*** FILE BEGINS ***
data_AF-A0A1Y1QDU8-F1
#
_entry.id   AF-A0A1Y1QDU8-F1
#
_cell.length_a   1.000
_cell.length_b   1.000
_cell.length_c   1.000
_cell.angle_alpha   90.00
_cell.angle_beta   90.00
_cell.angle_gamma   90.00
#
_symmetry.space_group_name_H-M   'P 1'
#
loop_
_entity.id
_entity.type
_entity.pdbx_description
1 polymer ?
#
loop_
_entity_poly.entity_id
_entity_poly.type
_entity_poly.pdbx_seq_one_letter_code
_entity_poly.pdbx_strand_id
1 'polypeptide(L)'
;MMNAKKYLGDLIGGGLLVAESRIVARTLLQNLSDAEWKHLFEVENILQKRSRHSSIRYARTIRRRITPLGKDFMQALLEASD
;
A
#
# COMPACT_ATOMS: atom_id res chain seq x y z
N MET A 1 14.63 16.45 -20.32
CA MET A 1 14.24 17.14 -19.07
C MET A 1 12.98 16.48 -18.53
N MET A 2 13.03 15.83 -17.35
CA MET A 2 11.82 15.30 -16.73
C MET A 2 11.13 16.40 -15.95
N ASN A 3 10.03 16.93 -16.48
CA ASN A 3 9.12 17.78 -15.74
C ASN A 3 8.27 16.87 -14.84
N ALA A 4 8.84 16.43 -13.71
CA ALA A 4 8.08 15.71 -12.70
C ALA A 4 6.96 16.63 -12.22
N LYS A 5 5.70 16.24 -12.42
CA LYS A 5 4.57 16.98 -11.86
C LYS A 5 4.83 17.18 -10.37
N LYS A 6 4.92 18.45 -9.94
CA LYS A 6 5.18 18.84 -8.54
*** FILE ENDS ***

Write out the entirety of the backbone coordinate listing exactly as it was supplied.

data_AF-A0A1Y1QDU8-F1
#
_entry.id   AF-A0A1Y1QDU8-F1
#
_cell.length_a   1.000
_cell.length_b   1.000
_cell.length_c   1.000
_cell.angle_alpha   90.00
_cell.angle_beta   90.00
_cell.angle_gamma   90.00
#
_symmetry.space_group_name_H-M   'P 1'
#
loop_
_entity.id
_entity.type
_entity.pdbx_description
1 polymer ?
#
loop_
_entity_poly.entity_id
_entity_poly.type
_entity_poly.pdbx_seq_one_letter_code
_entity_poly.pdbx_strand_id
1 'polypeptide(L)'
;MMNAKKYLGDLIGGGLLVAESRIVARTLLQNLSDAEWKHLFEVENILQKRSRHSSIRYARTIRRRITPLGKDFMQALLEASD
;
A
#
# COMPACT_ATOMS: atom_id res chain seq x y z
N MET A 1 14.63 16.45 -20.32
CA MET A 1 14.24 17.14 -19.07
C MET A 1 12.98 16.48 -18.53
N MET A 2 13.03 15.83 -17.35
CA MET A 2 11.82 15.30 -16.73
C MET A 2 11.13 16.40 -15.95
N ASN A 3 10.03 16.93 -16.48
CA ASN A 3 9.12 17.78 -15.74
C ASN A 3 8.27 16.87 -14.84
N ALA A 4 8.84 16.43 -13.71
CA ALA A 4 8.08 15.71 -12.70
C ALA A 4 6.96 16.63 -12.22
N LYS A 5 5.70 16.24 -12.42
CA LYS A 5 4.57 16.98 -11.86
C LYS A 5 4.83 17.18 -10.37
N LYS A 6 4.92 18.45 -9.94
CA LYS A 6 5.18 18.84 -8.54